Lot Sale Results

Albert Henry Robinson
Fall 2015 - 2nd Session Live auction

Lot # 142

Albert Henry Robinson
CGP RCA 1881 - 1956 Canadian

St. Joseph de Lévis, Quebec
oil on canvas
signed and dated 1923
17 1/2 x 21 in  44.4 x 53.3cm

Acquired directly from the Artist
By descent to the present Private Collection, Vancouver

Rosalyn Porter, The Group of Seven and Their Contemporaries, Kenneth G. Heffel Fine Art Inc., 1980, the oil sketch entitled Saint Joseph de Lévis reproduced, unpaginated
Jennifer Watson, Albert H. Robinson: The Mature Years, Kitchener-Waterloo Art Gallery, 1982, the oil sketch entitled Saint Joseph de Lévis reproduced page 35 and listed page 36

The quaint parish municipality known as Saint-Joseph-de-Lévis was, at the time Albert Robinson painted this work, a separate and distinct region from the city of Lévis, of which it is now a part. Originally known as Saint-Joseph-de-la-Pointe de Lévy, it became part of the city of Lévis in 2002 but still maintains its rural feel - it has wide streets and many of its original buildings remain intact. Here, Robinson has painted the parish in winter, giving us a jumble of similarly hued buildings nestled cozily between a snow-covered hillside and the expanse of the St. Lawrence River. Robinson was masterful at depicting snow, using varied hues of pink and blue to touch his whites, which gave them a gentle, appealing tone.
In St. Joseph de Lévis, Quebec, he skilfully mixes the colours used to depict the parish buildings into the whites of the snow and the distant shoreline. The result is a harmonious, unified feeling that conveys winter as soft and beckoning, rather than harsh and cold. Additionally, his pastel accents and concordant palette belie the realities of sketching outside in winter. He quickly learned how to work fast to create the feeling he wanted on the panel, rather than to wait for the moment to arrive while he grew steadily colder. Robinson taught Group of Seven artist A.Y. Jackson these practical methods of sketching. The two artists were frequent working companions in all seasons, but for each, winter held particular appeal, as both were similarly interested in the snow-laden rural landscape and, being robust, were generally content to tramp about in the snow.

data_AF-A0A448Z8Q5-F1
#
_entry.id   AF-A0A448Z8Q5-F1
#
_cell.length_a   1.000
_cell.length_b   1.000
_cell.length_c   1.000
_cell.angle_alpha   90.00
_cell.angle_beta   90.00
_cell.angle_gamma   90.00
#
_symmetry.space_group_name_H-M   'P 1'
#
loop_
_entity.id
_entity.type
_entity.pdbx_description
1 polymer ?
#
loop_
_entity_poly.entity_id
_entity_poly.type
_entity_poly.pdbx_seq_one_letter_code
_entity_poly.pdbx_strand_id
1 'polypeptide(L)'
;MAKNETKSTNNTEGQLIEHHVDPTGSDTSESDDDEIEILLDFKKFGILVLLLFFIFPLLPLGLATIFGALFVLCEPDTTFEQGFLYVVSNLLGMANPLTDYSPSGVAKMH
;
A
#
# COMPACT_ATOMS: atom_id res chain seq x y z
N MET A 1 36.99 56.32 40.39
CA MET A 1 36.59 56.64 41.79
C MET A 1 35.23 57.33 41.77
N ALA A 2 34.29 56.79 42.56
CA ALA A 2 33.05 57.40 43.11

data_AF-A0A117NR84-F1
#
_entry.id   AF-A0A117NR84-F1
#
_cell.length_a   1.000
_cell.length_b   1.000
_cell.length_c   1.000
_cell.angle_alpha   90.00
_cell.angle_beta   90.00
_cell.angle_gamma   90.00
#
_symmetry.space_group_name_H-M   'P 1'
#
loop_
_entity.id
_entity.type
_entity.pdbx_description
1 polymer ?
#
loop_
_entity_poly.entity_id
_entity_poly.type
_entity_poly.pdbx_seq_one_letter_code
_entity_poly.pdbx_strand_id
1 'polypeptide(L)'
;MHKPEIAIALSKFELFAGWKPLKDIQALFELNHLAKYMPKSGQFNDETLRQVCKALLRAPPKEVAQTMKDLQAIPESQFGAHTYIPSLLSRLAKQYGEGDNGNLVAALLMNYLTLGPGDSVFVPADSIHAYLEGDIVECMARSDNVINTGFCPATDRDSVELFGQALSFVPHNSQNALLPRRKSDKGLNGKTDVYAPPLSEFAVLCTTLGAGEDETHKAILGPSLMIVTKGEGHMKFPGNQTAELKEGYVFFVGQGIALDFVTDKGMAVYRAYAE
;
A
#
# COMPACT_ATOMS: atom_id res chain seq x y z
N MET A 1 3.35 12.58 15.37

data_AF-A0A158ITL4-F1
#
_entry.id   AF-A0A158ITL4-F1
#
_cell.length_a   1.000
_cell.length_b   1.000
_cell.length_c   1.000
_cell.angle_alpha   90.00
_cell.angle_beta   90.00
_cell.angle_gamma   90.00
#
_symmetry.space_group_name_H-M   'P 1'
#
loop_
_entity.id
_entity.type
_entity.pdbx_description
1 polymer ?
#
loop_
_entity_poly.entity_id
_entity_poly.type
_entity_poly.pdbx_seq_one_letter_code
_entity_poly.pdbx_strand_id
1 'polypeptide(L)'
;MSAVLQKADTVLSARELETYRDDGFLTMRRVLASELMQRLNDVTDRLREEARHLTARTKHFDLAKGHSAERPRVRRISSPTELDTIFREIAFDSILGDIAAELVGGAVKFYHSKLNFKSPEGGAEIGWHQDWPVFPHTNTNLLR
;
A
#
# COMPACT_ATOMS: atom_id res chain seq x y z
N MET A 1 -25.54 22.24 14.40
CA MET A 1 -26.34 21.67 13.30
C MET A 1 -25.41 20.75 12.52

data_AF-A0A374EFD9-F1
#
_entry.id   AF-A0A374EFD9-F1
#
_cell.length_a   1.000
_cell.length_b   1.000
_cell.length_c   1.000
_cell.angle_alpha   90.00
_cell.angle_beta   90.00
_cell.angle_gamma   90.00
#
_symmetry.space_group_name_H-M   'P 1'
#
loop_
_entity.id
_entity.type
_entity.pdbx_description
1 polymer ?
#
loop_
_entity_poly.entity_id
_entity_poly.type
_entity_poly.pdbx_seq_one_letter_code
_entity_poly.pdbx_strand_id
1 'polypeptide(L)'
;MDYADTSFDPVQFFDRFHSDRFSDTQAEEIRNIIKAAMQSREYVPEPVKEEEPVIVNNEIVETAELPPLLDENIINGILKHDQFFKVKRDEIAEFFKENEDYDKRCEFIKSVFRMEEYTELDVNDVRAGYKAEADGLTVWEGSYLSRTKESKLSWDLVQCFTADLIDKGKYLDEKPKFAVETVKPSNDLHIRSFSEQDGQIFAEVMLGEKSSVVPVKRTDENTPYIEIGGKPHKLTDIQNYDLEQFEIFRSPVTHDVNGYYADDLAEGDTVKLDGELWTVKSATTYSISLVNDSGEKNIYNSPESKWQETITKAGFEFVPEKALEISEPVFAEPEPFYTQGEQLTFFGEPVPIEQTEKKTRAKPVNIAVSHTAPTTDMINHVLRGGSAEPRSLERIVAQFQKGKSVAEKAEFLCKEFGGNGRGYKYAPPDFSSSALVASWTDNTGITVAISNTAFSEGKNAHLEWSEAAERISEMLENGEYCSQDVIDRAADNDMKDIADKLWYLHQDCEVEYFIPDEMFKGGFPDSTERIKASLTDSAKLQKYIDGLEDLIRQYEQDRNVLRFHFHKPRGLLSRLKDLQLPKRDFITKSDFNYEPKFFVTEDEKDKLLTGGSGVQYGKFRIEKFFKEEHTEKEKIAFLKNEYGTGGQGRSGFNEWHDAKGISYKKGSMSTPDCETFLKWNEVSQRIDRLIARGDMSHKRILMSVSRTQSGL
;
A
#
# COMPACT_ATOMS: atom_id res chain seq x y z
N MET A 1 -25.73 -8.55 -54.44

In this fine work Robinson's colour is at its best. The partially ice-covered St. Lawrence River is depicted in a deep blue-green, capturing the glassy chill of a river in winter and accenting the chalky white tones of the scene nicely. The manner in which Robinson has composed the setting adds to the work’s appeal as we look over the snowy crest of the hill and down towards the village, with the river and its undulating shore trailing off into the distance. In addition to their serene beauty, Robinson's depictions of Quebec are historically accurate records of the townscapes at the time, and often we can compare them with the present-day urban landscape. He recorded church spires, cupolas, domes and rooflines with a fair degree of accuracy, and Saint-Joseph-de-Lauzon Church remains much the same today as it was when Robinson painted it. Saint-Joseph School can be seen downhill and towards the water from the church - its cupola and sculpted figure have not changed - and the domed building to the right of the church, now the École de musique Jésus-Marie, still remains part of this urban landscape, largely the same. The small homes and buildings have changed and trees have grown up between them, but the anchoring architecture is much as Robinson recorded it.
Robinson has been compared to Canadian Impressionist painter James Wilson Morrice, and this work is particularly evocative of Morrice's colour and compositional methods. Lévis was a frequent subject for both painters, and a love of the lower St. Lawrence River and its quaint hamlets was a steady and recurring theme in their work.
In 1926, the consignor's mother was given $125 as a wedding gift from her grandmother. While she was taking art classes at the Montreal Museum of Fine Arts, her class went to Robinson's studio, where she acquired this fine canvas with the money she had received.

Estimate: $30,000 ~ $40,000 CAD

Sold For: $38,350.00 CAD (including buyer's premium)

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